November 24, 2021
From Red Pepper
17 views


An infographic explaining why the UCU are calling strike action. For: 1. Fair pay, 2. Job security, 3. Manageable workloads, 4. Equality. The UCU ‘Four Fights’ campaign, explained here, is running concurrent with a pensions dispute

Plastered around forums popular with UK university students are messages of discontent; over the amount of money they’re paying, with their workload, with Covid-19 related restrictions, and a myriad of other reasons. Now, that discontent is being viciously directed at lecturers who have voted to strike this term – and for all the wrong reasons.

This year’s strikes are the most recent example of an uptick in worker militancy in the sector. The last action occurred in 2019-20 when the University and College Union (UCU) represented workers struck for a total of four (non-consecutive) weeks, trying to force university managements’ hands on several issues.

Now, two years after the last strike and with Covid-19 restrictions almost entirely lifted in most of the United Kingdom, the UCU has once again balloted for action, and many universities – including University College London (UCL), where I am a third-year bachelors’ student – have passed the threshold needed to legally call a strike. This has set off a chain of events, all of which foretell gloomy prospects for our lecturers.

Staff versus students?

The UCL Student Union has released a statement– mirrored by many students’ unions across the country – claiming that while they support the demands of the lecturers, ‘[at] this time, strikes will only serve to damage students more. Constructive discussion and negotiation, on a national level, is required to overcome the pension dispute.’ Students have voiced displeasure at the outcome of the vote on multiple points: ‘striking lecturers don’t care about the well-being of their overworked students’; ‘[the lecturers] had their work cut [almost in] half with online lectures with the same pay’ and thus have no right to strike; and students ‘are paying for a service that we’re not receiving.’ Some have gone further, threatening to push lecturers off the picket lines, or sufficed to respond to the result of the ballot with a simple ‘fuck off.’

Such rhetoric only plays into hands of the university management and does a disservice to both students and teaching staff alike. The universities want us to be turned against our teaching staff because, as students, we can provide enough counter-pressure to foil the strike effort entirely – we outnumber them by nearly 10:1, in UCL at the very least. Management wants us to worry only about ourselves, and in doing so become puppets in their larger, corporatist game.

Striking is not an enterprise that university staff take lightly. Most lecturers care deeply about their students but given the steadfast reluctance of university management to constructively engage with the union on a number of issues, withdrawing their labour is the last resort.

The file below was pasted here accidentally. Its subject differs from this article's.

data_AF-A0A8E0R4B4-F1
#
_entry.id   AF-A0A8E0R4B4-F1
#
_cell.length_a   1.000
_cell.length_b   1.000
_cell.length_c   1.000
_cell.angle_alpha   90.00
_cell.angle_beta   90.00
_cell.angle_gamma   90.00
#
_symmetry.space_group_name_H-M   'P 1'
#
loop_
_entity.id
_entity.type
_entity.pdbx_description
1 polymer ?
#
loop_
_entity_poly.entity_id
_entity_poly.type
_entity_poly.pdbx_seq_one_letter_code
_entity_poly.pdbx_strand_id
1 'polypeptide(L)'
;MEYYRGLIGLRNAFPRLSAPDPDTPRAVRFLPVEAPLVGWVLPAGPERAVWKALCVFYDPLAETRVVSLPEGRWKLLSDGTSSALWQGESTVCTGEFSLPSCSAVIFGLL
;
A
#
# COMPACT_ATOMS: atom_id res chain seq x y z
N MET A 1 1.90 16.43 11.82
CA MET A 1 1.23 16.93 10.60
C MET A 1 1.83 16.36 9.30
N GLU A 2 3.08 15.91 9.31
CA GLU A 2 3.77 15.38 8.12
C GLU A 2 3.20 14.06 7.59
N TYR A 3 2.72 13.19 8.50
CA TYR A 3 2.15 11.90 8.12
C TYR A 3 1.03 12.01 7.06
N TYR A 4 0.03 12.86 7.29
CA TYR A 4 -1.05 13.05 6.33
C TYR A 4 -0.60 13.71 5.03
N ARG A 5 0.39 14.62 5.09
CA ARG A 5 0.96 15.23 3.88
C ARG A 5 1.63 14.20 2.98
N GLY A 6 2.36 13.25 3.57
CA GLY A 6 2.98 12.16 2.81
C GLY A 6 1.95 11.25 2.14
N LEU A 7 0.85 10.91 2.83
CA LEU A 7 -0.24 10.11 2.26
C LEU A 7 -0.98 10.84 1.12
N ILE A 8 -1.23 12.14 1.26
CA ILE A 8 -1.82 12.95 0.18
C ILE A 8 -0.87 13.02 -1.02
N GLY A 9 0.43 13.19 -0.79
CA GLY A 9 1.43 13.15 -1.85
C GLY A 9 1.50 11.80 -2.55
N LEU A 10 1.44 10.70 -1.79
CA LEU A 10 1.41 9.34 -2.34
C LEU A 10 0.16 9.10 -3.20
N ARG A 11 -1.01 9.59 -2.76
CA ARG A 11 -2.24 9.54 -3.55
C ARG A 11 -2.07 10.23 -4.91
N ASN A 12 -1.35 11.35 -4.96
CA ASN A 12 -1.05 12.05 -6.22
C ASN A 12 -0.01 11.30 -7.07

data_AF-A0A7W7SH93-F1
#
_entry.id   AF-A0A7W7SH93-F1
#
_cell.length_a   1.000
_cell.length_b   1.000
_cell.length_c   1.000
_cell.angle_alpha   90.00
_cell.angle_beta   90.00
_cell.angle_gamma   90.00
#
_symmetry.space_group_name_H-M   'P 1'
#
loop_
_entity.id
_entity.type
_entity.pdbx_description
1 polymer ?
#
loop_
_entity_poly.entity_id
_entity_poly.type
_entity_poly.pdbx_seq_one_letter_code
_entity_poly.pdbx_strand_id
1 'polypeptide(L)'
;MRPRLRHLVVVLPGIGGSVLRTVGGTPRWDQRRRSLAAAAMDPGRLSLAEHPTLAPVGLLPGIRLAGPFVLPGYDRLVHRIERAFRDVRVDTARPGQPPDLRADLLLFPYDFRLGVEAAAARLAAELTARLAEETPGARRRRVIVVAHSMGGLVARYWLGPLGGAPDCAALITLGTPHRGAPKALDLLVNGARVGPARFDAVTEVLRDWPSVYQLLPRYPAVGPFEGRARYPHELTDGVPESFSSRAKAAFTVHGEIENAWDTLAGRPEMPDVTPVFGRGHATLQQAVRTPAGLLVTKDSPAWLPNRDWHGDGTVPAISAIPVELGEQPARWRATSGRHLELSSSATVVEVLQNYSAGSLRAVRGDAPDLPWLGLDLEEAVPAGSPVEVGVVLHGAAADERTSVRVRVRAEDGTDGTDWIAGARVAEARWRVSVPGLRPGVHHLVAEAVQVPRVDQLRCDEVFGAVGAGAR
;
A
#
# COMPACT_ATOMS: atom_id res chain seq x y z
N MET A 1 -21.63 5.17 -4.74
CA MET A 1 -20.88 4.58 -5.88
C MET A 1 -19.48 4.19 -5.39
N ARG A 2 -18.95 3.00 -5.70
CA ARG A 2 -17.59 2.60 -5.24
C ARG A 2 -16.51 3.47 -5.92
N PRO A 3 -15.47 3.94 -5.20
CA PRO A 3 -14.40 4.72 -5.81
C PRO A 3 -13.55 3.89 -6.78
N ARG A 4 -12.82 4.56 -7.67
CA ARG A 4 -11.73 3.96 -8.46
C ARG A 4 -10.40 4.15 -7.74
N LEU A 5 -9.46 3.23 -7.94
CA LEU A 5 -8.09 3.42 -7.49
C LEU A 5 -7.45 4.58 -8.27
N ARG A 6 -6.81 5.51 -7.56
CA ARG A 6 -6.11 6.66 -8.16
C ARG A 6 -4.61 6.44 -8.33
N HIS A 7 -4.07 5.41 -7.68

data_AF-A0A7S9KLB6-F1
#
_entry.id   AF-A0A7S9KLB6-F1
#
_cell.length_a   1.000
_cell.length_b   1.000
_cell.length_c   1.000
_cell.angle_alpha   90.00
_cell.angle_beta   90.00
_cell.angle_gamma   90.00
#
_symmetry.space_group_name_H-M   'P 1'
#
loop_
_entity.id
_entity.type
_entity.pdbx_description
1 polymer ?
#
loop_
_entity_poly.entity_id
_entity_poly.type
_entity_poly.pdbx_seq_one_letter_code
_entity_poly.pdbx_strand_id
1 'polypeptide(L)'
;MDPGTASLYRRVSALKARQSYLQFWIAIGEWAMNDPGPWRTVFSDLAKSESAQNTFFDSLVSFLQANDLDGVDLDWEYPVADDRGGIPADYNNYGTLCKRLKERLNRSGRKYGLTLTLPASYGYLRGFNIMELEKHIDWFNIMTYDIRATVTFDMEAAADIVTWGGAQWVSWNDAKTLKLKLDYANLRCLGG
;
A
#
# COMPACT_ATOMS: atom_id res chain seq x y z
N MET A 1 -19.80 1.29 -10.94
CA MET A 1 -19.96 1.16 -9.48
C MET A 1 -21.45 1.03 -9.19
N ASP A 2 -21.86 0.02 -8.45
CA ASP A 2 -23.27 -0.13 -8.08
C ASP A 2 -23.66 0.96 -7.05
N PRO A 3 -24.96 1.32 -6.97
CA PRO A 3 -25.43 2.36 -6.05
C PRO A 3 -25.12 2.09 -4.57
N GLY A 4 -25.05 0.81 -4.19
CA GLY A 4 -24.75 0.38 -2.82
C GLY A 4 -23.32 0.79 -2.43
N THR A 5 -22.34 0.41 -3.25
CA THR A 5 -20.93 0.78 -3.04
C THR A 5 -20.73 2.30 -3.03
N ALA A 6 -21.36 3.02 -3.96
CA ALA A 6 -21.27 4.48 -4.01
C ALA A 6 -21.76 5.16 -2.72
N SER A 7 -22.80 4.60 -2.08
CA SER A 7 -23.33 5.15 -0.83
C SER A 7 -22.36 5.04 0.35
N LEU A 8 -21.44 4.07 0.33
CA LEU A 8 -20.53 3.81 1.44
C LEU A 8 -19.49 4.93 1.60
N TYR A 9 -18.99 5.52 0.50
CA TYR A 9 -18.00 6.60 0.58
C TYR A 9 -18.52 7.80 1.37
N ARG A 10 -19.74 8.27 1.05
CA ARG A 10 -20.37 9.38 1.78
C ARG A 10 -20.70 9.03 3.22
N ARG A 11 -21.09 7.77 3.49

If we worry only about ourselves, we become puppets in a larger, corporatist game

It is also important to highlight that higher education staff have suffered just as much as students during the pandemic: 78 per cent of lecturers reported an increase in workload over the pandemic, and many feel overworked. If anything, it was easier for us to transition to online learning, because we were only the recipients of it – they had to organise whole new teaching methods from scratch on platforms they were unfamiliar with.

Their reasons for striking are myriad. Staff have consistently received below-inflation pay deals (effectively pay cuts) with pensions being cut by 35 per cent according to the UCU.  Casualisation in the sector is rife, with zero-hours and fixed-terms contract increasingly commonplace. This is not to mention systemic race, gender, and disability pay gaps. They have every right to be angry and fight back.

Rejecting marketised higher education

Granted, students aren’t getting the education that they are paying for. Even I agree with that; but lecturers are only the mediating cause of the quality of education. The systemic root cause of the problems that we as students face can be traced back to university management.

Take, for instance, my own university. UCL reported net profits of £200 million in 2019/20, up £20 million per year since 2016. The idea that universities cannot afford the UCU’s demands is laughable. With students increasingly treated like cash cows, international students even more so, there are genuine questions to be asked about who is benefitting from the money pouring into higher education. The current status quo clearly demonstrates that it is neither the staff nor the students.

In the end, it comes down to this: if the strike succeeds, the teachers will have finally stabilised a central pillar of their needs and lives, and we – and every student after us, for that matter – will gain a better education experience as a result. If the strike fails, however, we are back to square one.

What is to be done, then? I can only tell you what I feel now, as a student myself: go out there and make some noise, not towards the teaching staff, but towards management. The only way a strike works is if the pressure put on an institution is strong enough to make it wilt, and the teachers are in dire need of support to make this happen. Students have an active role to play in shaping their own institutions and let management know that we won’t take the detrimental conditions that are forced onto us any longer. In our hands is placed a power greater than the wealth accumulated in universities at our expense. Solidarity wins.

Thys Millan is a bachelor’s student and organiser at University College London




Source: Redpepper.org.uk